ROLLUP queries include subtotals along the first dimension of grouped query results. In the previous example, we calculated the sums for each component for each  year. The ROLLUP function provides subtotals for each individual year as well as a grand total for the entire set of rows. Notice that in the DAX statement, the first column in the ROLLUP list, in this case CalendarYear, is the dimension along which the subtotals are taken

EVALUATE
SUMMARIZE (
ResellerSales,
ROLLUP (
'Date'[CalendarYear],
ProductCategory[EnglishProductCategoryName]
),
"Sales Amount (USD)"SUM ( ResellerSales[SalesAmount] ),
"Discount Amount (USD)"SUM ( ResellerSales[DiscountAmount] )
)

Sales by Category and Year including ROLLUP Subtotals
Sales by Category and Year including Subtotals

 

In the following ROLLUP example, we see that the EnglishProductCategoryName column is the first argument to ROLLUP, so at the end of the results we see subtotals over each category.

EVALUATE
SUMMARIZE (
ResellerSales,
ROLLUP (
ProductCategory[EnglishProductCategoryName],
'Date'[CalendarYear]
),
"Sales Amount (USD)"SUM ( ResellerSales[SalesAmount] ),
"Discount Amount (USD)"SUM ( ResellerSales[DiscountAmount] )
)

 

ROLLUP by Category Rather than Year
ROLLUP by Category Rather than Year

 

Is there a HAVING clause?

No. The familar DAX function FILTER can be used with SUMMARIZE just as elsewhere. In the following example, we note that the column name assigned to the SUM, i,e, “Sales”, is used as the last argument to the FILTER function.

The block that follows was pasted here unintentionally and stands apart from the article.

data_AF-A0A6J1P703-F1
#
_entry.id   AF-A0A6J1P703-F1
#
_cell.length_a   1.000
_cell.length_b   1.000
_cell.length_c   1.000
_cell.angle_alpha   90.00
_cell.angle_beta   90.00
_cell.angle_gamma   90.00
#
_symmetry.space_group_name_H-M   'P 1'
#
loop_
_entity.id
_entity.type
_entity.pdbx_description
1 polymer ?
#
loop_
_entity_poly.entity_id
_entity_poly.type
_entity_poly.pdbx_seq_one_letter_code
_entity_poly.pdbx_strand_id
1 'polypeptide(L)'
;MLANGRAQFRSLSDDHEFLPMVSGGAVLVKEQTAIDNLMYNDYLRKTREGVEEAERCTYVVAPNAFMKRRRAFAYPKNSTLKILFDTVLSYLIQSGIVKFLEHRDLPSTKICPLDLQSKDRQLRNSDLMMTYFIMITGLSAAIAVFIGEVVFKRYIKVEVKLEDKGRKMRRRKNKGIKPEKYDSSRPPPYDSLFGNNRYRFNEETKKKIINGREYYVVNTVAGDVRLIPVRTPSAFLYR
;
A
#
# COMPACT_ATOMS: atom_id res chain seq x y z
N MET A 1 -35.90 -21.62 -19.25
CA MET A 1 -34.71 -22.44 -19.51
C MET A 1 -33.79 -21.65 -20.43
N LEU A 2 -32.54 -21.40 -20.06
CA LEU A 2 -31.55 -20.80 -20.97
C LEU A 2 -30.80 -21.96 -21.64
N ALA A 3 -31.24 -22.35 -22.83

The following query will return results for every calendar year.

EVALUATE
SUMMARIZE (
InternetSales,
'Date'[CalendarYear],
"Sales"SUM ( InternetSales[SalesAmount] )
)
ORDER BY 'Date'[CalendarYear]

Results from using FILTER function with SUMMARIZE
Results before using FILTER function with SUMMARIZE

 

What if we wish to see only those years for which the sum exceeds $8 Million? The first argument to the filter function is the SUMMARIZE statement we just created. The second argument is the criterion, in this case Sales > 8000000. Note that there is no “Sales” column in the underlying table; Sales is simply the name defined in the SUMMARIZE statement.

EVALUATE
FILTER (
SUMMARIZE (
InternetSales,
‘Date'[CalendarYear],
“Sales”SUM ( InternetSales[SalesAmount] )
),
[Sales] > 8000000
)
ORDER BY ‘Date'[CalendarYear]

Results after applying FILTER function with SUMMARIZE
Results after applying FILTER function with SUMMARIZE

 

The Bottom Line:

We have seen some fundamental uses of the SUMMARIZE function to create summary queries of data stored in Excel Power Pivot. There are a few subtleties and a few potential issues we have not yet addressed. As is often the case, these relate to a proper understanding of execution context in DAX queries. We’ll examine these topics in detail in a future post.

Please to not hesitate to drop a note if you have any questions.

PS – If you would like to learn more about using PowerPivot for Excel & how to analyse date with the DAX language, check out the Learning Tree course – PowerPivot for Excel: Mining Data for Business Intelligence.